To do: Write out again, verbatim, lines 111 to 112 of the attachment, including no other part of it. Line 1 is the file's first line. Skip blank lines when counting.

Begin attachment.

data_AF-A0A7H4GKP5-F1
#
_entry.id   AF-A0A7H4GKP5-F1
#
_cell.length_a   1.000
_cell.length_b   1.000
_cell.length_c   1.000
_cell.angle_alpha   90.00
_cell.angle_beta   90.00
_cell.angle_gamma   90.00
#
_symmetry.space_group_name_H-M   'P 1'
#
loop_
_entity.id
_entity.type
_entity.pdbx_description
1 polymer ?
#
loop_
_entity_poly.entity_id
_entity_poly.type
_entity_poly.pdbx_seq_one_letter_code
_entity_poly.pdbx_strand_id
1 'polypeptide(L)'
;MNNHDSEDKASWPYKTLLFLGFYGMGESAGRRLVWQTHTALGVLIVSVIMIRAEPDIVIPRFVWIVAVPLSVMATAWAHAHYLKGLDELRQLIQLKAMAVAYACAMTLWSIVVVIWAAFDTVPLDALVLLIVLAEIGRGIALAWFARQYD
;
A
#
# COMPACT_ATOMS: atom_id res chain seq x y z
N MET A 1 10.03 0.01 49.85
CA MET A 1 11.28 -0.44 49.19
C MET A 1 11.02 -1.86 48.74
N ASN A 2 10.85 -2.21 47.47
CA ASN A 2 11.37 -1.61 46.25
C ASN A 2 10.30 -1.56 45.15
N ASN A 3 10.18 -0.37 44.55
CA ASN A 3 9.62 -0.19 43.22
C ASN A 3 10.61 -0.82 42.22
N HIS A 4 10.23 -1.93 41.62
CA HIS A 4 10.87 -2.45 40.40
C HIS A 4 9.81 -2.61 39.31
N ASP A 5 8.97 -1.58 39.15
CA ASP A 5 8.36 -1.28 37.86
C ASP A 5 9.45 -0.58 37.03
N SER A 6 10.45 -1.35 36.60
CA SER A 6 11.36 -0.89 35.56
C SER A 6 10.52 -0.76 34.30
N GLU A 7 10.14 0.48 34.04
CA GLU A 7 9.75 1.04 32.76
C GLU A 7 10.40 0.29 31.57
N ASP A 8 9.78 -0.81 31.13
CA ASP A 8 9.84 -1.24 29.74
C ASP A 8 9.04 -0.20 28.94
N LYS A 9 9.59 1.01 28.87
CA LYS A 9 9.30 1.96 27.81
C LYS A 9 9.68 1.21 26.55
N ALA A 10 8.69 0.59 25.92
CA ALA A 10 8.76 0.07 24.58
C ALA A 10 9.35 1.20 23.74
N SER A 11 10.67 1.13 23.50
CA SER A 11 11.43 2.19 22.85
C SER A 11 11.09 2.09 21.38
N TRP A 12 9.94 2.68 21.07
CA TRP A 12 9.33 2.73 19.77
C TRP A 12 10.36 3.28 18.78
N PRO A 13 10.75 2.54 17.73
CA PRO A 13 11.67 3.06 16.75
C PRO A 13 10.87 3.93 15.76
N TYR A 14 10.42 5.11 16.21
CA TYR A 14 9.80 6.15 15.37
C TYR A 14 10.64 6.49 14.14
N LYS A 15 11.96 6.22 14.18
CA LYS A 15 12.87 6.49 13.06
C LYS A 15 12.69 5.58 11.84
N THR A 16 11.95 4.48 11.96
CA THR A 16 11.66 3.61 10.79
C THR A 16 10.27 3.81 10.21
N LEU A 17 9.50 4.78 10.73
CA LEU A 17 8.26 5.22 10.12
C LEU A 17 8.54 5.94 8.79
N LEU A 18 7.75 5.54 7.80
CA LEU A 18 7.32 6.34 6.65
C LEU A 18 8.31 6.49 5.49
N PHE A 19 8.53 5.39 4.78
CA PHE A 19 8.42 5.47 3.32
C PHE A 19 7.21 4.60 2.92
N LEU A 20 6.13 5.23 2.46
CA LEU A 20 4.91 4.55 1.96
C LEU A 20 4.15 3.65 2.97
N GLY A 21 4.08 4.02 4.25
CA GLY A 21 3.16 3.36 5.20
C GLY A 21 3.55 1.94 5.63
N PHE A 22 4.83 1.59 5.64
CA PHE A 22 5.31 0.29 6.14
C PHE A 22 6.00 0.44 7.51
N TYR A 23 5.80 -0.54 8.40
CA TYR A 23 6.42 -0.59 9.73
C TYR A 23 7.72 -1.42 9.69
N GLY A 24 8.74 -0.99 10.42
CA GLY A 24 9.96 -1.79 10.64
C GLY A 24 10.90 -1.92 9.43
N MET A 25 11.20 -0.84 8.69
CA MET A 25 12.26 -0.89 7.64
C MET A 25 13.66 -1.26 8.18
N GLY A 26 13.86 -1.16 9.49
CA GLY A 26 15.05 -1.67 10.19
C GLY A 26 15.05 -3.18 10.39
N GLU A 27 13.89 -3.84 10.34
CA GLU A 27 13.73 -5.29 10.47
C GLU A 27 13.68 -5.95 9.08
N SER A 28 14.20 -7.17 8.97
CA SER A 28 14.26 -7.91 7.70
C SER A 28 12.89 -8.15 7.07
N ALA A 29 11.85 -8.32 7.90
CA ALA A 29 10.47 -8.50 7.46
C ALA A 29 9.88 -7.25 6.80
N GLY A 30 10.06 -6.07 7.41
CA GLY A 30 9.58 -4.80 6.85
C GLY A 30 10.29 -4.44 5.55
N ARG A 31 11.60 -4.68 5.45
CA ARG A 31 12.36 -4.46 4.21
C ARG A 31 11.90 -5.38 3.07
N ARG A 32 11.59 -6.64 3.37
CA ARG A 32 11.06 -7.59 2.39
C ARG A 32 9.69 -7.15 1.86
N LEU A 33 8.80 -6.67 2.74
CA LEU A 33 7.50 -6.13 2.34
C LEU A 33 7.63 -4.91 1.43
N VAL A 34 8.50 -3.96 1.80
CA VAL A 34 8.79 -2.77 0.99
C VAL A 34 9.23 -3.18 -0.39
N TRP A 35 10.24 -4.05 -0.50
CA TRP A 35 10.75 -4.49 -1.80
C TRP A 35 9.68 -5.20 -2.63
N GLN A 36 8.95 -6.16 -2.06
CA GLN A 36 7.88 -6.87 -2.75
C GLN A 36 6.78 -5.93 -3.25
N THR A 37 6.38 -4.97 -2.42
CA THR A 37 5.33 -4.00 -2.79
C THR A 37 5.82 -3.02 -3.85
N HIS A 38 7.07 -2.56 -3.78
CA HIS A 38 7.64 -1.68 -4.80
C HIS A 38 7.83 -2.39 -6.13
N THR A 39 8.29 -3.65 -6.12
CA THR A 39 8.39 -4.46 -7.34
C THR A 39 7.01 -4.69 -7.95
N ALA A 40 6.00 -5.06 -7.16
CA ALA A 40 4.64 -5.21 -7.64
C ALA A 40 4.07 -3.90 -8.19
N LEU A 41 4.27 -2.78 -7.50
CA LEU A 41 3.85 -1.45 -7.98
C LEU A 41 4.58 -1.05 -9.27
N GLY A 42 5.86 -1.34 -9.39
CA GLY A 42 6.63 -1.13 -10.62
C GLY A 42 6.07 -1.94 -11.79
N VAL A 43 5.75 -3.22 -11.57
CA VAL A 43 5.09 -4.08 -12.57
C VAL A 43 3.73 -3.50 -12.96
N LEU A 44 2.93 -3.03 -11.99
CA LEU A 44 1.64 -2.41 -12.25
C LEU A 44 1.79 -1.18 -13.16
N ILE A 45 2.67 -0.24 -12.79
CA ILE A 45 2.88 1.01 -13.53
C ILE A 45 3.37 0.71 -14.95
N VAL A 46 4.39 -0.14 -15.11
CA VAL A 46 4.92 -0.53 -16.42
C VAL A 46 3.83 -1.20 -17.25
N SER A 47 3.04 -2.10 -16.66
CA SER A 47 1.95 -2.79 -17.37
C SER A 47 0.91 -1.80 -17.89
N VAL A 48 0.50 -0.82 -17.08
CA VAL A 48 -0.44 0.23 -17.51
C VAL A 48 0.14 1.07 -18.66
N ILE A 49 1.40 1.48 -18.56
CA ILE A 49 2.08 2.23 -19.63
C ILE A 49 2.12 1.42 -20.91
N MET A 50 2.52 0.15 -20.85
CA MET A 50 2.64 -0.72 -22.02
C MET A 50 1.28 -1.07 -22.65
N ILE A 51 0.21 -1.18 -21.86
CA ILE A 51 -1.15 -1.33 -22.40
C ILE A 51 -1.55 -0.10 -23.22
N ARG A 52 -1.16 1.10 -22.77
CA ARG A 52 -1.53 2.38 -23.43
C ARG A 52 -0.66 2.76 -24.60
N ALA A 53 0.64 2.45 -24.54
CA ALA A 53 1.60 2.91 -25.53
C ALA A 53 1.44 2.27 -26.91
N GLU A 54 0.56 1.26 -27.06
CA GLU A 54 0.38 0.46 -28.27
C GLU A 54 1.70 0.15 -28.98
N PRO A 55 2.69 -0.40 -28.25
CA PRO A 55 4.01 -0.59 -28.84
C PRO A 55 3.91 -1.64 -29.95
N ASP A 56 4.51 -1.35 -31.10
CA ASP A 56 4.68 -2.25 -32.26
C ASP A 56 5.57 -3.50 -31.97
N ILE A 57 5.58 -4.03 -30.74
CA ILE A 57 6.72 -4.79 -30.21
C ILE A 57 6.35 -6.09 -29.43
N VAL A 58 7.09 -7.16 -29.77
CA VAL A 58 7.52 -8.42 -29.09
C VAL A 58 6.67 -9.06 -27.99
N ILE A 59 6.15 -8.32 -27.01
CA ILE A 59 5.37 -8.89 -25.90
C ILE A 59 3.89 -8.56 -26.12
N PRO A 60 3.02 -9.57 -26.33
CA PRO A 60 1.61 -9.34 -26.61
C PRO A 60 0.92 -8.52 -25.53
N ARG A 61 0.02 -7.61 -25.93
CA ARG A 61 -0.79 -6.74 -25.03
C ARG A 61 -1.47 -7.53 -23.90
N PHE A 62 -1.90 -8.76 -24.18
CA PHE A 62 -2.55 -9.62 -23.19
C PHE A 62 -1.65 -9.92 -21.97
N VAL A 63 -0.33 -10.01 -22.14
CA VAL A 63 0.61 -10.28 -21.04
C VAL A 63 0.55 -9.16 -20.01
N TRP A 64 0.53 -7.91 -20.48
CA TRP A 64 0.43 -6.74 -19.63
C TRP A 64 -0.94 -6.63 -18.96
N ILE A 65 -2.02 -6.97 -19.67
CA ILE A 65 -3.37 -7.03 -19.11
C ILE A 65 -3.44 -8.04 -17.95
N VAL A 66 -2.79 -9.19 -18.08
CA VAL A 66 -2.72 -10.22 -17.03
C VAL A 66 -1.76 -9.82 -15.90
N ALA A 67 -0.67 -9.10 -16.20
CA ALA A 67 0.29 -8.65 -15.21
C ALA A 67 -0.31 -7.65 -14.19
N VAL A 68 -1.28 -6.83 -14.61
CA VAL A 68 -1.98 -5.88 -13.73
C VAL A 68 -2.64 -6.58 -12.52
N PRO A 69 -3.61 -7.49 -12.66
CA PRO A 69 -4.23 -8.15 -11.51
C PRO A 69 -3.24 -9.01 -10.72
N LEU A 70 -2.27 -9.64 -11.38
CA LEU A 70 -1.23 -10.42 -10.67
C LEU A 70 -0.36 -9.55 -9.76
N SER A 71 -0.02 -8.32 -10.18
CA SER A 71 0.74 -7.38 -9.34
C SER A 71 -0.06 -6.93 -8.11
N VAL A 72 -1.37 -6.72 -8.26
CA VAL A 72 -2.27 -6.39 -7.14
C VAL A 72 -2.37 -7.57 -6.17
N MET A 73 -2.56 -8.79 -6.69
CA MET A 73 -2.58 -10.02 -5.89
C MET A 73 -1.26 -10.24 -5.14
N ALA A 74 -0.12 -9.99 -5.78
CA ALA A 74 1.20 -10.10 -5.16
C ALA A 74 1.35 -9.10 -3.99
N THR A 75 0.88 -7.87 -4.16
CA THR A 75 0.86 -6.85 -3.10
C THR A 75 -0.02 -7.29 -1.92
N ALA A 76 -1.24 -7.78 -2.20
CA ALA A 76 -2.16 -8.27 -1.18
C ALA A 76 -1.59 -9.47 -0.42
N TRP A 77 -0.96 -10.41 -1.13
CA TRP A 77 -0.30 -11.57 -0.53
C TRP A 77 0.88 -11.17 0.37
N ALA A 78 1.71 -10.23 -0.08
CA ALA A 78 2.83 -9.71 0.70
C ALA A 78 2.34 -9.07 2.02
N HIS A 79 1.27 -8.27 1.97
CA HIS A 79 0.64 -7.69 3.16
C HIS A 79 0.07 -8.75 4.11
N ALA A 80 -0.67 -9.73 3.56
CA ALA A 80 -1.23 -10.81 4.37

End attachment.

C GLU A 27 13.68 -5.95 9.08
N SER A 28 14.20 -7.17 8.97